Finally, sometimes there are lights in the midst of the darkness. Don't ever feel bad for seeing them. It doesn't mean you aren't mourning the loss, or that you don't love the person who passed away. I loved Jonathan. I truly did. But his death set us all free. He was bound in multiple addictions, and quickly destroying his life, and by association ours. It was healthy for me to recognize that. It didn't mean I didn't mourn. It didn't mean I didn't love. It didn't mean I was insensitive. I was honest. And to heal properly you need to be honest. So pay attention to the lights, find things to be grateful for. It's okay. Its healthy. And your soul needs it.
Tuesday, October 23, 2012
per·fect[adj., n. pur-fikt; v. per-fekt]
entirely without any flaws, defects, or shortcomings.
I try to be perfect. I expect myself to be perfect. Regardless of how hard I try, and how much I expect perfection, I am not. I'm NOT perfect. I have flaws, I have shortcomings. I am a work in progress. And its time to be okay with it.
I am a self proclaimed perfectionist. I expect myself to perform to a certain level, and live to a high standard. Mediocrity is not acceptable. I must push myself, I must be the best that I can be. I constantly compare myself to myself, my goals, and my expectations. And I constantly fall short. Its a vicious cycle. I expect perfection of myself, I work towards perfection, I fall short of perfection, I get frustrated... because I am not perfect.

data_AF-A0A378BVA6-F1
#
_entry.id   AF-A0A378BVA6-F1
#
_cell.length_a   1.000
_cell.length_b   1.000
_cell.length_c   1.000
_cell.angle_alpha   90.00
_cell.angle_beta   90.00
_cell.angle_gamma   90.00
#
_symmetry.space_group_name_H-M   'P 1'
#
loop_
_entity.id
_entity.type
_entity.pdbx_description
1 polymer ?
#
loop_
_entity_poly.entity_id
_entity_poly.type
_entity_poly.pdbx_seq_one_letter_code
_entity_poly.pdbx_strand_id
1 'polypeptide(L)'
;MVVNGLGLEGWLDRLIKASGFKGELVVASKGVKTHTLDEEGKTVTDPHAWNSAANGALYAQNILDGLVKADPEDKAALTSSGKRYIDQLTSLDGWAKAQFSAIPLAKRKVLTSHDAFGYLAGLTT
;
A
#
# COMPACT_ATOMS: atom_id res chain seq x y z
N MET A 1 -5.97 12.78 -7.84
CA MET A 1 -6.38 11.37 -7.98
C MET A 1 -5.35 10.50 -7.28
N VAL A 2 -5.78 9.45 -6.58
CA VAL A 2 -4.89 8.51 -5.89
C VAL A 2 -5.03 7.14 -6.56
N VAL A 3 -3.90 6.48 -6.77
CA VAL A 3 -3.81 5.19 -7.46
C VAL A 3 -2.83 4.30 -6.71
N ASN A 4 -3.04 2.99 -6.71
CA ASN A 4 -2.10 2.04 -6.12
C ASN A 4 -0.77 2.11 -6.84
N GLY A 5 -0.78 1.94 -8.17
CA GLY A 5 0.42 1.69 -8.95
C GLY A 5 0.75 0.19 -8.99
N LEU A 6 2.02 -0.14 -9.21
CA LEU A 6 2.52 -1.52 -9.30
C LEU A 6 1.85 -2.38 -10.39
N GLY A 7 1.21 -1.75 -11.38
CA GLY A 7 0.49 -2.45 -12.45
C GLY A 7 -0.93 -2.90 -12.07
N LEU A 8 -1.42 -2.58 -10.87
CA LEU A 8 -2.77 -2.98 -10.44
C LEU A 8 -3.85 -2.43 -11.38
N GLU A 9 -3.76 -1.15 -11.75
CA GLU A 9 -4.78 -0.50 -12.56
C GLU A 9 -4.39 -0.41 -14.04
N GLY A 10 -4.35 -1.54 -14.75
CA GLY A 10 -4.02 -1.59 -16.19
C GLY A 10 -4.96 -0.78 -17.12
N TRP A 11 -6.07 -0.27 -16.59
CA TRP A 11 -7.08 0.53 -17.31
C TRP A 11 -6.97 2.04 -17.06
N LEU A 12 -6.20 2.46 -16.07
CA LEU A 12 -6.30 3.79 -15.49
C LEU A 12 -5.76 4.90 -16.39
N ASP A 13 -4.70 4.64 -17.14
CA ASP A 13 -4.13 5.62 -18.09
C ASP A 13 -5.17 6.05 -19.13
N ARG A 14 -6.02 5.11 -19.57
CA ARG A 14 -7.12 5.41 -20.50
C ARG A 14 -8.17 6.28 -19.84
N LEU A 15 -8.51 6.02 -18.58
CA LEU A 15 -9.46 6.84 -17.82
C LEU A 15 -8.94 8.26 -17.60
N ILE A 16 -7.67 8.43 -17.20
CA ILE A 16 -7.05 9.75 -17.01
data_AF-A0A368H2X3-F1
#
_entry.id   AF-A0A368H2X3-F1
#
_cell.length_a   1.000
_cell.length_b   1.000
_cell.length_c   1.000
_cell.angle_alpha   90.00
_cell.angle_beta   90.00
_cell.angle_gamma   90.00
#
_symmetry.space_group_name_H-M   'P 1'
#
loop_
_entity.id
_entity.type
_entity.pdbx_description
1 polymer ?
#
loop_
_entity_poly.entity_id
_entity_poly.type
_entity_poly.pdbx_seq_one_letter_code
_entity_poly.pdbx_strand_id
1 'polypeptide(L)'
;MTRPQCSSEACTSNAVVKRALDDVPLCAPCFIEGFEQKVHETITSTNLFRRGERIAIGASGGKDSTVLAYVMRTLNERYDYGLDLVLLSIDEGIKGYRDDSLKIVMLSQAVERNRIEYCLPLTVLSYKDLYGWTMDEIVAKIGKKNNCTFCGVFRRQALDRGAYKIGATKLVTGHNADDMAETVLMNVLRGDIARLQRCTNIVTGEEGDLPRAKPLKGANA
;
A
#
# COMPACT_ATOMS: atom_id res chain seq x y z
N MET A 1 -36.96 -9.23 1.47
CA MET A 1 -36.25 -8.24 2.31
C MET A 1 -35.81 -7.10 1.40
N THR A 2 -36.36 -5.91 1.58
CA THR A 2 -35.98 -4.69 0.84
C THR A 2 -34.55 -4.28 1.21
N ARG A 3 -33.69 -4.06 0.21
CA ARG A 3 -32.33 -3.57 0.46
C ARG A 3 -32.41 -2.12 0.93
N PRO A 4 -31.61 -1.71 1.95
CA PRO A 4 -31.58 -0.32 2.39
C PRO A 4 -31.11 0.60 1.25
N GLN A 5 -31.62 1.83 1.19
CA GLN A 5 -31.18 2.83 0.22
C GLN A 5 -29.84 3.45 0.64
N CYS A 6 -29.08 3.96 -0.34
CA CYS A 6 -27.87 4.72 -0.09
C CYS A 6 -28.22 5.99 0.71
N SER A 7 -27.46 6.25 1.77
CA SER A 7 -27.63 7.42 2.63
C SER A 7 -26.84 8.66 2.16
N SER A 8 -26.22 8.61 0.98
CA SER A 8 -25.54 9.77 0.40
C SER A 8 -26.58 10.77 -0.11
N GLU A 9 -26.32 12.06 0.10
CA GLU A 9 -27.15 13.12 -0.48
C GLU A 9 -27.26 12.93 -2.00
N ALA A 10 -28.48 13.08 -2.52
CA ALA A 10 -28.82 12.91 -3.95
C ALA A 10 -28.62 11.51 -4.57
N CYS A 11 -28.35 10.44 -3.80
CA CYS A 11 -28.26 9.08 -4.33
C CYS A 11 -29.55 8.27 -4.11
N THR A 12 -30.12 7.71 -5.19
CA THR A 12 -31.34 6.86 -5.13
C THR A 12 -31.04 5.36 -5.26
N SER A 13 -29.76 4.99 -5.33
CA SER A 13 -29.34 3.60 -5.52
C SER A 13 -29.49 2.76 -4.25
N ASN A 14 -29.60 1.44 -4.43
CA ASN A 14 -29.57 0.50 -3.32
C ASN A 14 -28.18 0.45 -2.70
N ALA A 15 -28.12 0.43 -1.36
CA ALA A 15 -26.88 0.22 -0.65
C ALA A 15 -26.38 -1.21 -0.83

I am a dreamer. I visualize what I want my life to be. I set goals. Goals are a motivator. They place my focus on a target, and help me to build actions to reach that target. If I didn't have goals, I wouldn't put the effort in to reach them, I wouldn't develop the framework to support the goals.
Goals are a measuring stick for success. When I reach a goal I know that I am winning. I have attained the prize, I have conquered. Goals are something to work toward and be attained. I have goals for many areas of my life. I have financial goals. I have spiritual goals. I have professional goals. I have physical goals. As I runner, I have kept myself motivated through goals. My running goals are: to run 1 race a month, to run 20 miles a week, and to run a half marathon in every state. I'm actively pursuing my goals, and am diligent in my effort to meet them. I know that these goals keep me from falling back in my running. Because I have these goals I push forward, I maintain my effort, I focus. But I'm not perfect. I don't meet every goal. And it frustrates me.